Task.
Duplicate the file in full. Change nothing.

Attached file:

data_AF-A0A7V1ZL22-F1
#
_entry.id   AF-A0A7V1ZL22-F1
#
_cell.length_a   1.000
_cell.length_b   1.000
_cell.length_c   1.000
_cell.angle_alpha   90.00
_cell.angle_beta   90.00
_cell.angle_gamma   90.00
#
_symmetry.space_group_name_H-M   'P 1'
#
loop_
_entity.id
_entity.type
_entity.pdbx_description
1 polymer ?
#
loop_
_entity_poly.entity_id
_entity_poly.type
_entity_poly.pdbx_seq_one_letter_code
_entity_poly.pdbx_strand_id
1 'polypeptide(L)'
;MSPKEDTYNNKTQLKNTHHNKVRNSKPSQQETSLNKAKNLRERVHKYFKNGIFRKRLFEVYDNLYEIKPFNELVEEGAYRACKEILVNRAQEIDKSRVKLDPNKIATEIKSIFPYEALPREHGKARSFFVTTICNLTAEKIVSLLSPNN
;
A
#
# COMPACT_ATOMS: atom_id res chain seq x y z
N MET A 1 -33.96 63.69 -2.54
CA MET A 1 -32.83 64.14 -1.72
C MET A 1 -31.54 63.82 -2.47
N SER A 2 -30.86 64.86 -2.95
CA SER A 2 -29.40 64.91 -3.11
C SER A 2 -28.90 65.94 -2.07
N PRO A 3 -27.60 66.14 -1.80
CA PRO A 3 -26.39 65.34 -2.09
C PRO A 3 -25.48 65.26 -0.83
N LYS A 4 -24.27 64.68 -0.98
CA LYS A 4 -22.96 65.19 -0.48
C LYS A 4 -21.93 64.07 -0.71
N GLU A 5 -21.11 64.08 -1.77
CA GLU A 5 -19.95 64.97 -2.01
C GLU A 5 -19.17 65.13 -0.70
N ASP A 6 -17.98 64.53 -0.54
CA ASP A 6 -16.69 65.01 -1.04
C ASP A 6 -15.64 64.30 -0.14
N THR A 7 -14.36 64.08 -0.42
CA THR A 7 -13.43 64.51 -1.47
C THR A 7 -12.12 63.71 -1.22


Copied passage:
data_AF-A0A7V1ZL22-F1
#
_entry.id   AF-A0A7V1ZL22-F1
#
_cell.length_a   1.000
_cell.length_b   1.000
_cell.length_c   1.000
_cell.angle_alpha   90.00
_cell.angle_beta   90.00
_cell.angle_gamma   90.00
#
_symmetry.space_group_name_H-M   'P 1'
#
loop_
_entity.id
_entity.type
_entity.pdbx_description
1 polymer ?
#
loop_
_entity_poly.entity_id
_entity_poly.type
_entity_poly.pdbx_seq_one_letter_code
_entity_poly.pdbx_strand_id
1 'polypeptide(L)'
;MSPKEDTYNNKTQLKNTHHNKVRNSKPSQQETSLNKAKNLRERVHKYFKNGIFRKRLFEVYDNLYEIKPFNELVEEGAYRACKEILVNRAQEIDKSRVKLDPNKIATEIKSIFPYEALPREHGKARSFFVTTICNLTAEKIVSLLSPNN
;
A
#
# COMPACT_ATOMS: atom_id res chain seq x y z
N MET A 1 -33.96 63.69 -2.54
CA MET A 1 -32.83 64.14 -1.72
C MET A 1 -31.54 63.82 -2.47
N SER A 2 -30.86 64.86 -2.95
CA SER A 2 -29.40 64.91 -3.11
C SER A 2 -28.90 65.94 -2.07
N PRO A 3 -27.60 66.14 -1.80
CA PRO A 3 -26.39 65.34 -2.09
C PRO A 3 -25.48 65.26 -0.83
N LYS A 4 -24.27 64.68 -0.98
CA LYS A 4 -22.96 65.19 -0.48
C LYS A 4 -21.93 64.07 -0.71
N GLU A 5 -21.11 64.08 -1.77
CA GLU A 5 -19.95 64.97 -2.01
C GLU A 5 -19.17 65.13 -0.70
N ASP A 6 -17.98 64.53 -0.54
CA ASP A 6 -16.69 65.01 -1.04
C ASP A 6 -15.64 64.30 -0.14
N THR A 7 -14.36 64.08 -0.42
CA THR A 7 -13.43 64.51 -1.47
C THR A 7 -12.12 63.71 -1.22